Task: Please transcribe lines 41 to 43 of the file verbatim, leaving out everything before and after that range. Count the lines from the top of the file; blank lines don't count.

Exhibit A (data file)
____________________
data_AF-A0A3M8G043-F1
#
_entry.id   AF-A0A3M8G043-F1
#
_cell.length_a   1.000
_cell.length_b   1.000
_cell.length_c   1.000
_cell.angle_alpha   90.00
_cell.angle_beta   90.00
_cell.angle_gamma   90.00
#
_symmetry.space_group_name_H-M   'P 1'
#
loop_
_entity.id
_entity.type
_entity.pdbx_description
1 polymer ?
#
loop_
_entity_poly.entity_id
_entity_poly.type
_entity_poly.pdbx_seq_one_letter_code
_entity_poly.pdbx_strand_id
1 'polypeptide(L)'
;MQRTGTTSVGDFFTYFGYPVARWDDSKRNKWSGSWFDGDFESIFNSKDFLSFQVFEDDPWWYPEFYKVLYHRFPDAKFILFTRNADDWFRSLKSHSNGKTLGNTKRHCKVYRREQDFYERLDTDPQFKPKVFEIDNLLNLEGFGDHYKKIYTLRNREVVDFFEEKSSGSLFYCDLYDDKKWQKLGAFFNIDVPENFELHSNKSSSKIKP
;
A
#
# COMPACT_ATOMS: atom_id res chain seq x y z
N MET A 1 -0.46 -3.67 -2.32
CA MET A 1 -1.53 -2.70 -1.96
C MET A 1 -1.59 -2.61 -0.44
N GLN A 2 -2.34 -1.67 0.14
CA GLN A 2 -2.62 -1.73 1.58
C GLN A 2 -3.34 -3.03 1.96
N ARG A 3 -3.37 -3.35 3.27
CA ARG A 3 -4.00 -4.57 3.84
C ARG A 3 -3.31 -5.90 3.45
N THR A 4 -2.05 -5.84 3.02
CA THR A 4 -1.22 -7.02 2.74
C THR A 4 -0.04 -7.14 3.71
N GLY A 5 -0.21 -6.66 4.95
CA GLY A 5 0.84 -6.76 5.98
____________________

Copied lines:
CA THR A 4 -1.22 -7.02 2.74
C THR A 4 -0.04 -7.14 3.71
N GLY A 5 -0.21 -6.66 4.95